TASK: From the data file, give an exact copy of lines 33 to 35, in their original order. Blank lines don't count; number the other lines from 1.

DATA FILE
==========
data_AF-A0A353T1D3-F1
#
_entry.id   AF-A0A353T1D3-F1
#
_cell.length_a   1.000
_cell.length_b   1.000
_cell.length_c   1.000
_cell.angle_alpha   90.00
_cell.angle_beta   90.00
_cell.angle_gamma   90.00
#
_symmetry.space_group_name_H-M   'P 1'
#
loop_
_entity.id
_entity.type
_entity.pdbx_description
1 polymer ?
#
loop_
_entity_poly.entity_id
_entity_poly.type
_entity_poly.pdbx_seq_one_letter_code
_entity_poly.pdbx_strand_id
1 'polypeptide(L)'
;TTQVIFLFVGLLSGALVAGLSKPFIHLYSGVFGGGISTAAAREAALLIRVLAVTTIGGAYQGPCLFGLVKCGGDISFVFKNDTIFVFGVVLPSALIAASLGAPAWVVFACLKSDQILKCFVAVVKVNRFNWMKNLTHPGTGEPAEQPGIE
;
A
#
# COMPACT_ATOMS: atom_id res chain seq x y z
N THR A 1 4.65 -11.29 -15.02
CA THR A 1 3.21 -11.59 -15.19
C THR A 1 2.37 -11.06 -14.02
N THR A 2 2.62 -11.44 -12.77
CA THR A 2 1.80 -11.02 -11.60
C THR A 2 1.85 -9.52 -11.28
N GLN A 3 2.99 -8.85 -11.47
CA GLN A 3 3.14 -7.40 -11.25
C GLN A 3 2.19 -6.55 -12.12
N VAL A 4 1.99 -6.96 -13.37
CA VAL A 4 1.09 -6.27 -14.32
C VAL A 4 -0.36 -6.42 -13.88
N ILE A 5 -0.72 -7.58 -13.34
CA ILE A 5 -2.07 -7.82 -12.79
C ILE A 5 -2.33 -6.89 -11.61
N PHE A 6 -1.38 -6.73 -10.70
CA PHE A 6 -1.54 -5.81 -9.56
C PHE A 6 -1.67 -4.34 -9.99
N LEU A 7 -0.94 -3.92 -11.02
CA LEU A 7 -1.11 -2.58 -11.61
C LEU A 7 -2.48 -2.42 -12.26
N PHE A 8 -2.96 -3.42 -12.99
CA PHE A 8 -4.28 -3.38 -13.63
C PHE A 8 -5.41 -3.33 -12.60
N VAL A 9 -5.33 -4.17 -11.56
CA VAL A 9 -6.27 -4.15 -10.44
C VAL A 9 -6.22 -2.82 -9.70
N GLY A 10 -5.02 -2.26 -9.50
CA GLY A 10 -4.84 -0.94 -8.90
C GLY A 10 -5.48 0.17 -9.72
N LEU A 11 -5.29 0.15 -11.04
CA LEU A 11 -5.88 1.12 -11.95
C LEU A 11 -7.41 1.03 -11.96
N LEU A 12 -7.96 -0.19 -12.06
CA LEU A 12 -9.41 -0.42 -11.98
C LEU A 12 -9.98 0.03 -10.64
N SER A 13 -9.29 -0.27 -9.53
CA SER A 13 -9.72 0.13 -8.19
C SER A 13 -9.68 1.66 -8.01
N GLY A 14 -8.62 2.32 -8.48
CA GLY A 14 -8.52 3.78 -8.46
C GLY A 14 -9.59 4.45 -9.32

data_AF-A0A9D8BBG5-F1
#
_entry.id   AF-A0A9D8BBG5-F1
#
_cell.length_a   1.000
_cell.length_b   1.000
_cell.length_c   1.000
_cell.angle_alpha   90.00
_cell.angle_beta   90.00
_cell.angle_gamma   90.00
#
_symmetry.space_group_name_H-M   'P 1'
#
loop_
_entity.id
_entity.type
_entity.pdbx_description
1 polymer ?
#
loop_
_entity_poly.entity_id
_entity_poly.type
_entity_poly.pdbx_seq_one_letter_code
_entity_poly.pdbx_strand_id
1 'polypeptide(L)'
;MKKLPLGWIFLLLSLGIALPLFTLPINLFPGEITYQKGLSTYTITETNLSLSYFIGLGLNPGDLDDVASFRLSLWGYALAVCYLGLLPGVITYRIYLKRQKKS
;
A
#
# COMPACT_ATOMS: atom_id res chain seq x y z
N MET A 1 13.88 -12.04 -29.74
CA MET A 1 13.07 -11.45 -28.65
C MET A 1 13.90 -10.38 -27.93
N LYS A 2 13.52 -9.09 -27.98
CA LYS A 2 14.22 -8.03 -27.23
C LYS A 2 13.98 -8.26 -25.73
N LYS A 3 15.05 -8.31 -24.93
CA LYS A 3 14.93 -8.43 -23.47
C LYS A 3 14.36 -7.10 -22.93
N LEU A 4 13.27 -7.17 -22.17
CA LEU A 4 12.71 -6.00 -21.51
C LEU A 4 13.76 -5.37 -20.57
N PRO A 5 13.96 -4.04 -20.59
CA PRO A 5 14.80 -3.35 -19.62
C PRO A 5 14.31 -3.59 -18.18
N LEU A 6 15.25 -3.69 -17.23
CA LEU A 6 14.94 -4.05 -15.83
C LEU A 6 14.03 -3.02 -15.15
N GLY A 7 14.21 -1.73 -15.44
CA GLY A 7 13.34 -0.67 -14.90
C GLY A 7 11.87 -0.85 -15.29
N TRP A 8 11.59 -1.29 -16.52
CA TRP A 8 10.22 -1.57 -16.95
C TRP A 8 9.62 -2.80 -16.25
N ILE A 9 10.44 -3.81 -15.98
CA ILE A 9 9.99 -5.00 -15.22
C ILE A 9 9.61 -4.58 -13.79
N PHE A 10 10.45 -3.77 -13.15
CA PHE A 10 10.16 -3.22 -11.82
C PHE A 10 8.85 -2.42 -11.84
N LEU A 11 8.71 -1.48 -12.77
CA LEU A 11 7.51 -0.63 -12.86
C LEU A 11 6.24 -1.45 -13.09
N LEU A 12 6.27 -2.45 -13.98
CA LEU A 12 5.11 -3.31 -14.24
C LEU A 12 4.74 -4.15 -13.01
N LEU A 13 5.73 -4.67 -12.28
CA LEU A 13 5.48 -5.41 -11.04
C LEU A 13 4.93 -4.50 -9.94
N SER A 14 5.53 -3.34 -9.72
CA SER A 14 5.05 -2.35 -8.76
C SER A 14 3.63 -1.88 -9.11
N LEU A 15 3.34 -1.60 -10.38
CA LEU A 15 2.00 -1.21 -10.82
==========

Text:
C THR A 1 2.37 -11.06 -14.02
N THR A 2 2.62 -11.44 -12.77
CA THR A 2 1.80 -11.02 -11.60